What are some of your unanswered questions about the idea?
How might we motivate caregivers to continuously provide their child with access to the app?
Our next step in solving this challenge is to prototype various motivational tactics and evaluate them with parents and teachers in Kibera.
How might we improve the adaptivity of the app?
Our current work on adaptivity involves analysis of usage data paired with professional observations. We are also building up our knowledge of machine learning approaches such as deep learning because we believe that these techniques will be useful for adaptivity.
How might we measure successful learning?
To measure learning success is a core focus of EIDU. Current work is based on finding patterns between interaction data and off-line skill assessments.
Tell us more about you.
We are a social business, founded 2015 in Berlin, Germany, and Nairobi, Kenya.
Our design and development is done in Berlin by a team of 15 education experts, designers, researchers, strategists, developers and data scientists.
Our userlab is in Kibera, Kenya, where four former early childhood educators now do school outreach to our 50 testing schools. We work with Airtel, a telecom provider, to collect interaction data from participating children.
Pairing professional observations with usage data analysis is part of our rigorous content creation development process.
What is the primary type of emergency setting where your innovation would operate?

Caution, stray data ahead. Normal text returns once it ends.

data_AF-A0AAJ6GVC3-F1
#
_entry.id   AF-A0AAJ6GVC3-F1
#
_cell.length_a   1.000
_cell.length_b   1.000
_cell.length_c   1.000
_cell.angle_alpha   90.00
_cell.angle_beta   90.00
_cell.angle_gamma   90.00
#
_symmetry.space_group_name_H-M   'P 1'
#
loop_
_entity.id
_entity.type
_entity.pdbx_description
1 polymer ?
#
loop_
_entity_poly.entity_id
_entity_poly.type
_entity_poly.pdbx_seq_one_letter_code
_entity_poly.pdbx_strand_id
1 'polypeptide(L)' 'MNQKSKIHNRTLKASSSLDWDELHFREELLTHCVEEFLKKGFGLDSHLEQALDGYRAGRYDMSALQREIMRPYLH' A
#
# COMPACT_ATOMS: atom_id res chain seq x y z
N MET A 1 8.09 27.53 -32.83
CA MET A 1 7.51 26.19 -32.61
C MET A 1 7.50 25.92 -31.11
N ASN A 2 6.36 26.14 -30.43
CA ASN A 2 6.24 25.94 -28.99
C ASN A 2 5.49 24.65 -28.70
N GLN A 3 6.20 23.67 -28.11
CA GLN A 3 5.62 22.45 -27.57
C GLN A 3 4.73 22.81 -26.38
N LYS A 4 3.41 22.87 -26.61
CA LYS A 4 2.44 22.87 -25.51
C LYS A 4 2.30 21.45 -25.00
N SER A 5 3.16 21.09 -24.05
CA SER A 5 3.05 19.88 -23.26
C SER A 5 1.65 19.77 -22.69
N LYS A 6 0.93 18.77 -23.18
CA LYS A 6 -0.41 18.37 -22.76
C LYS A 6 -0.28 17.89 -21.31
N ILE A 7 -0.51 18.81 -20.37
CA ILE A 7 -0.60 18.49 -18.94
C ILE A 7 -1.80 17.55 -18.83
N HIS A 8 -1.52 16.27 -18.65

Emergency Setting - Elaborate
We believe that 3–6 year olds who lack education for long periods are at grave risk of falling behind in their education. The EIDU app can provide a good foundation in early math. We therefore want to provide the app to people living in prolonged displacement. In particular, we believe that environments with scarce resources but some degree of basic organisational infrastructure, such as refugee camps or centres, would benefit greatly from the scaleable nature of our approach.
Where will your innovation be implemented?
Our first location will be Nairobi, Kenya. UNHCR counts over 30 000 refugees just from Somalia living in the city (https://goo.gl/aauoyQ). Working with an educational aid organization we want to reach some of these displaced somalis. We design the app/system to be usable and culturally appropriate all over the world. The learning activities (games) contain no language. To distribute the app in a new country/region the instructions to guardians may need to be translated, but this is a small task.
Experience in Implementation Country(ies)
Yes, for more than one year.
For 2 years we’ve been operating our user lab in Kibera (Kenya). We’ve built close working relationships with the informal school sector inside the slum. We are working together with more than 100 teachers in 50 schools. As a result we’ve gained extensive experience in collaborating with the local schools, the head teachers and the preschool teachers. To develop the app's adaptivity we need interaction data from the kids in the pilot. We’ve therefore entered a collaboration with Airtel Kenya.
I've worked in a sector related to my innovation for more than a year.
Sector Expertise - Elaborate
Education: Nina holds a MSc in developmental psychology and has worked as a head-teacher and teacher-trainer. Max holds a PhD on early childhood education and has started a preschool. Mariana has spent 5 years rolling out school projects in socio-economically deprived areas of Africa.
Technology: EIDU’s founder, Bernd, was CTO of Ableton for 15 years. Our senior developers have an average of 12 years experience. For the design practices the team has a total experience of over 20 years.
Existing Prototype or Pilot: I have tested a part of my solution with users and am iterating.
We are a registered for-profit company (including social enterprises).
Berlin, Germany and Nairobi, Kenya.